The nine northeastern U.S. states that make up the Regional Greenhouse Gas Initiative (RGGI) are on the verge of a decision on future greenhouse gas emission cuts that will largely shape their ability to counter the Trump administration’s efforts to gut the country’s emission reduction policies.
“It’s more important than ever for states and regions to lead on climate,” said Jackson Morris, eastern energy director at the Natural Resources Defense Council. “The decision reached by the RGGI states in the coming weeks is going to be a pivotal demonstration of whether we can continue to make progress, even if we see no [federal] progress under Trump.”
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The RGGI states were innovators when they introduced the first carbon cap-and-trade program in the U.S., InsideClimate News reports. Now, after 20 months of public consultations and private negotiations, a decision on whether to pursue deeper reductions is expected within weeks.
“In three of those states—Maine, New Hampshire and Maryland—the Republican governors or their appointees have expressed concerns over the potential costs of deeper emissions cuts,” InsideClimate notes, which means one or more of them could withdraw from RGGI if the wider group decides on a tougher target. “Across the compact, however, there is bipartisan support for increasing RGGI’s ambition. Massachusetts Governor Charlie Baker, a Republican, and New York Governor Andrew Cuomo, a Democrat, are the most outspoken advocates of more stringent goals.”
Sierra Club Eastern Region Deputy Director Mark Kresowik said RGGI might still take a tougher stand, even if it divides the group. “‘This is the future we’re going to have, and if you’re not committed to making climate progress, we’re going to go without you’—I think that’s what these states need to say,” Kresowik told ICN. “Ultimately, Maine and New Hampshire will come along—in part, because their citizens certainly support the program.”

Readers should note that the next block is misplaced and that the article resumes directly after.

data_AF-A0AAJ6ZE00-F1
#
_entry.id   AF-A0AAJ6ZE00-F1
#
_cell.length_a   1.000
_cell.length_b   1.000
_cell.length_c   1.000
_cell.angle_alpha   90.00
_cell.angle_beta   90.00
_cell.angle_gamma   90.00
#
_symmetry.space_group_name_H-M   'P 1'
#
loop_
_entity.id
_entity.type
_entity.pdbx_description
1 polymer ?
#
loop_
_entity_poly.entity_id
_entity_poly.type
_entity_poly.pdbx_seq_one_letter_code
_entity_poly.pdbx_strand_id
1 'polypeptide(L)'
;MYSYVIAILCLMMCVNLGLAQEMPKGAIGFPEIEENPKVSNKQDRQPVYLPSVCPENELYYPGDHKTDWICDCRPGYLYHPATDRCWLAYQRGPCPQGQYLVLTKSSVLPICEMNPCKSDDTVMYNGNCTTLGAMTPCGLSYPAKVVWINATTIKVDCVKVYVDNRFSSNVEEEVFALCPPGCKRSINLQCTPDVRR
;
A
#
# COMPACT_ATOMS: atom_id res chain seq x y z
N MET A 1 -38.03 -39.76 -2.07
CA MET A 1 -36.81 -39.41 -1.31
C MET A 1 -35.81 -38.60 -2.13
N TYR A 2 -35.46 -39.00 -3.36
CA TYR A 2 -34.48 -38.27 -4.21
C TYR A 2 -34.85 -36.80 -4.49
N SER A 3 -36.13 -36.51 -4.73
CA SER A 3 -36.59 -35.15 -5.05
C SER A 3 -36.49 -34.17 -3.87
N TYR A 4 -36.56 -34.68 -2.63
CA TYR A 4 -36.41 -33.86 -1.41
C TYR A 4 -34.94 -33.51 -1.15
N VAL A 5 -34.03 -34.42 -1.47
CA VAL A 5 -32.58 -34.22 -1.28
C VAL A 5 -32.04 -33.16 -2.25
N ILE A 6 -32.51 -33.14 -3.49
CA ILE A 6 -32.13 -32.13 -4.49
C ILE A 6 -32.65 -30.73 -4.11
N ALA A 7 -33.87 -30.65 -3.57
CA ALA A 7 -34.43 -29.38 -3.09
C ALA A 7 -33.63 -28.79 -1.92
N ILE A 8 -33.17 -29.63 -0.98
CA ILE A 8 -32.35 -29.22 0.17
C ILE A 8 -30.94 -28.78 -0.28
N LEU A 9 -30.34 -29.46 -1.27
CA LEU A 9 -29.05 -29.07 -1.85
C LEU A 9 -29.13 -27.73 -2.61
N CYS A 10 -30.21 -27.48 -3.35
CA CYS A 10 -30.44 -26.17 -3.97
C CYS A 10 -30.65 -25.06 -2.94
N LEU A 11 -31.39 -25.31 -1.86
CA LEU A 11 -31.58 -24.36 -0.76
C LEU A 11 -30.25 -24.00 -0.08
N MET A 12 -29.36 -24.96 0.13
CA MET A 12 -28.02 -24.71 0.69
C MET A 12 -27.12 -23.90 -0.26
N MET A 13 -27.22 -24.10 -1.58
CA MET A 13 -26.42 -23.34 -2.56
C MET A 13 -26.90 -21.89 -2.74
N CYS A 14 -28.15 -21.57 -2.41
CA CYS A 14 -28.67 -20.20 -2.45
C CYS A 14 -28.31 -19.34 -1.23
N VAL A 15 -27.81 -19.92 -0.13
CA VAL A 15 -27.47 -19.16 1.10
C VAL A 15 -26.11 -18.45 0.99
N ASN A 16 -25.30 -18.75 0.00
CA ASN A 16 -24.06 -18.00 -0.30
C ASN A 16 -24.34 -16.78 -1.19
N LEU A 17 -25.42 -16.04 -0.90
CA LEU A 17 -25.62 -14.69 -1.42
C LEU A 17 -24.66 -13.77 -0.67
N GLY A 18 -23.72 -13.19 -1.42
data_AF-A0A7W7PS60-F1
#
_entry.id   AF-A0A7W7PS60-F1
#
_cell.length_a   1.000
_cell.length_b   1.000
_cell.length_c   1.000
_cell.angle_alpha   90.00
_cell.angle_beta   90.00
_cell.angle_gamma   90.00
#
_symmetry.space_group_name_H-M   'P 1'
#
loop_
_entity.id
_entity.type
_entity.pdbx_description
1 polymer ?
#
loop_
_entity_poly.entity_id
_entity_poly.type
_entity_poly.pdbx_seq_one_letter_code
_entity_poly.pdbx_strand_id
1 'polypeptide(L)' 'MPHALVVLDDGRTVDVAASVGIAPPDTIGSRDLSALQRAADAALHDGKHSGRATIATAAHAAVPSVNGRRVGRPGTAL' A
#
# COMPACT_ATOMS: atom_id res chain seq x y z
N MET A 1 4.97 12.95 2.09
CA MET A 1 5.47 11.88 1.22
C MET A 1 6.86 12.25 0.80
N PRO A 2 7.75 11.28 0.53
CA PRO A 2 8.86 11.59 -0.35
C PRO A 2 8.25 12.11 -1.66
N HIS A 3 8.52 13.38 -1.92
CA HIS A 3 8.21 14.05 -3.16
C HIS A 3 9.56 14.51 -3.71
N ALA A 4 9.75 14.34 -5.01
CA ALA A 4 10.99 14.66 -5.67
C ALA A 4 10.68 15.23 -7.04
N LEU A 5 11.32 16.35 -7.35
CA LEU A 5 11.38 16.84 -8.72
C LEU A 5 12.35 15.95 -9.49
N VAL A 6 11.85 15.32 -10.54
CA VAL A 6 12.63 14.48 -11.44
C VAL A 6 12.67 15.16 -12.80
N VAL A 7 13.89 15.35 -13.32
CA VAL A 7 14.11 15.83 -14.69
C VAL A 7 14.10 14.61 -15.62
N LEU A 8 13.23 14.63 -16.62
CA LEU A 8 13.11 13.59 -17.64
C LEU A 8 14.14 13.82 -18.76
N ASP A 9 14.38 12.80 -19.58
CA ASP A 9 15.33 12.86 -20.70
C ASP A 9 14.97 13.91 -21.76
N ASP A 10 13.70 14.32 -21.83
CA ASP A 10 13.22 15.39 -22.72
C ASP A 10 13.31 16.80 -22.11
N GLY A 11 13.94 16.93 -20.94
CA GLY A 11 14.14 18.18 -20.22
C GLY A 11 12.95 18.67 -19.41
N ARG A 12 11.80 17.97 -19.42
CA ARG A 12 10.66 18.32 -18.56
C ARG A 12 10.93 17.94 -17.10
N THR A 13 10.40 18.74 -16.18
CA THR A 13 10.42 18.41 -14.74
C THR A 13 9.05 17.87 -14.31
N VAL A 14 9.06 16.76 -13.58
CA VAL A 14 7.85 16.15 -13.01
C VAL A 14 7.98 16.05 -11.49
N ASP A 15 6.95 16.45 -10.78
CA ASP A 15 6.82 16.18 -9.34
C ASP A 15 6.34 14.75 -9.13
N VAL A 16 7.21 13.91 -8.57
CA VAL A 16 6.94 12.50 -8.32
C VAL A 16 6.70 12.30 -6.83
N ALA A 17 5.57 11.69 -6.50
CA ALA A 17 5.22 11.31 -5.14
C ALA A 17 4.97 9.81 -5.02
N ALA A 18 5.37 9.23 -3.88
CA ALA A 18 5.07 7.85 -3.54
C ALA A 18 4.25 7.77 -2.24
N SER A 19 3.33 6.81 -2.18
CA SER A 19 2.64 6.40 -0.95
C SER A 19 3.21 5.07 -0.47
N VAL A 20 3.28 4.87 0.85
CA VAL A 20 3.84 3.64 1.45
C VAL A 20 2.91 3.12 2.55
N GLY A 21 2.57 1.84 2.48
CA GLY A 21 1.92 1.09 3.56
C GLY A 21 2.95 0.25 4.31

RGGI’s current rules call for states to reduce their utilities’ greenhouse gas emissions by 2.5% per year, and the last nearly two years of dialogue and debate have focused on whether that target should be strengthened—one proposal calls for a target of 3% per year, plus a one-time cut of 6.5% in 2019. InsideClimate explains the program has been a victim of its own success—year after year, utilities have consistently exceeded their carbon reduction targets, so a surplus of pollution credits in the cap-and-trade program has driven down their value.
“That means the prices of the credits are so low that polluters can easily purchase them rather than investing in other steps to cut their own emissions,” explains ICN reporter Marianne Lavelle. “At the most recent auction, in June, credits sold just above the floor price, at US$2.53 per ton—their lowest price in five years. That is a lost opportunity for the states, which use auction revenues for clean energy and conservation programs to help residents cut their electric bills.”
A study released earlier this month by NRDC showed that a tighter cap could bring states an additional $3.2 billion in revenue through 2030. “All of the program’s history suggests we can continue to go after these emissions reductions aggressively without causing a burden to ratepayers,” said Acadia Center policy analyst Jordan Stutt.
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